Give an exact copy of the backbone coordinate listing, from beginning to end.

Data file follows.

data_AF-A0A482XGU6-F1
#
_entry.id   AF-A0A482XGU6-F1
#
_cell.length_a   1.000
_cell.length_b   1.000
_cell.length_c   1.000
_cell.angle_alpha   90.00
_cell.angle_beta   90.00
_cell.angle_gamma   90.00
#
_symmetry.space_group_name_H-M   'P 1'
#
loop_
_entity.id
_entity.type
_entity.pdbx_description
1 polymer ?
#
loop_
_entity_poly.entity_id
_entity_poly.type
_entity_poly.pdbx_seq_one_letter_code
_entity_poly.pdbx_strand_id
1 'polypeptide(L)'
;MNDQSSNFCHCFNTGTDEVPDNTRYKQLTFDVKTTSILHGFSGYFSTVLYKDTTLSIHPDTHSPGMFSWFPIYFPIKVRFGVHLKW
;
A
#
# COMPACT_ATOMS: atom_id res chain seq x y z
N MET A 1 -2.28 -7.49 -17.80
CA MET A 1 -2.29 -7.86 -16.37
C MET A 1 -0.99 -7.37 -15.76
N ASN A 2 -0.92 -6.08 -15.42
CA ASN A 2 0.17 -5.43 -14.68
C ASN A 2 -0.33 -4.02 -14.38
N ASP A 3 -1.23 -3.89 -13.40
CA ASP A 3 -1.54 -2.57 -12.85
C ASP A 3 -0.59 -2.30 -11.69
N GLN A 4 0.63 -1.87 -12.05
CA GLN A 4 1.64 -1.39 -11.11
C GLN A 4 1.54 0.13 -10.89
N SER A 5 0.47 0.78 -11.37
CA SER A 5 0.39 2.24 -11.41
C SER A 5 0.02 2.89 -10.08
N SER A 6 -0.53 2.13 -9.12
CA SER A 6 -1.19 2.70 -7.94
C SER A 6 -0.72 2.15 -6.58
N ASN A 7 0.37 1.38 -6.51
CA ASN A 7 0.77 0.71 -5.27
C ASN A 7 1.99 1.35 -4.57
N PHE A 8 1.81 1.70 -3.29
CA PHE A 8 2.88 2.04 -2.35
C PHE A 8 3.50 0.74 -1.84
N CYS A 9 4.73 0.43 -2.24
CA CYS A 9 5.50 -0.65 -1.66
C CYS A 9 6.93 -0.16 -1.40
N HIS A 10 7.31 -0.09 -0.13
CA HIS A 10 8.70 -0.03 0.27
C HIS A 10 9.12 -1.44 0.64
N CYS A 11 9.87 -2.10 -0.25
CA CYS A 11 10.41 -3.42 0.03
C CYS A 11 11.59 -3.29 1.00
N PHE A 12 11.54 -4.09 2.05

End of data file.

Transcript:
data_AF-A0A482XGU6-F1
#
_entry.id   AF-A0A482XGU6-F1
#
_cell.length_a   1.000
_cell.length_b   1.000
_cell.length_c   1.000
_cell.angle_alpha   90.00
_cell.angle_beta   90.00
_cell.angle_gamma   90.00
#
_symmetry.space_group_name_H-M   'P 1'
#
loop_
_entity.id
_entity.type
_entity.pdbx_description
1 polymer ?
#
loop_
_entity_poly.entity_id
_entity_poly.type
_entity_poly.pdbx_seq_one_letter_code
_entity_poly.pdbx_strand_id
1 'polypeptide(L)'
;MNDQSSNFCHCFNTGTDEVPDNTRYKQLTFDVKTTSILHGFSGYFSTVLYKDTTLSIHPDTHSPGMFSWFPIYFPIKVRFGVHLKW
;
A
#
# COMPACT_ATOMS: atom_id res chain seq x y z
N MET A 1 -2.28 -7.49 -17.80
CA MET A 1 -2.29 -7.86 -16.37
C MET A 1 -0.99 -7.37 -15.76
N ASN A 2 -0.92 -6.08 -15.42
CA ASN A 2 0.17 -5.43 -14.68
C ASN A 2 -0.33 -4.02 -14.38
N ASP A 3 -1.23 -3.89 -13.40
CA ASP A 3 -1.54 -2.57 -12.85
C ASP A 3 -0.59 -2.30 -11.69
N GLN A 4 0.63 -1.87 -12.05
CA GLN A 4 1.64 -1.39 -11.11
C GLN A 4 1.54 0.13 -10.89
N SER A 5 0.47 0.78 -11.37
CA SER A 5 0.39 2.24 -11.41
C SER A 5 0.02 2.89 -10.08
N SER A 6 -0.53 2.13 -9.12
CA SER A 6 -1.19 2.70 -7.94
C SER A 6 -0.72 2.15 -6.58
N ASN A 7 0.37 1.38 -6.51
CA ASN A 7 0.77 0.71 -5.27
C ASN A 7 1.99 1.35 -4.57
N PHE A 8 1.81 1.70 -3.29
CA PHE A 8 2.88 2.04 -2.35
C PHE A 8 3.50 0.74 -1.84
N CYS A 9 4.73 0.43 -2.24
CA CYS A 9 5.50 -0.65 -1.66
C CYS A 9 6.93 -0.16 -1.40
N HIS A 10 7.31 -0.09 -0.13
CA HIS A 10 8.70 -0.03 0.27
C HIS A 10 9.12 -1.44 0.64
N CYS A 11 9.87 -2.10 -0.25
CA CYS A 11 10.41 -3.42 0.03
C CYS A 11 11.59 -3.29 1.00
N PHE A 12 11.54 -4.09 2.05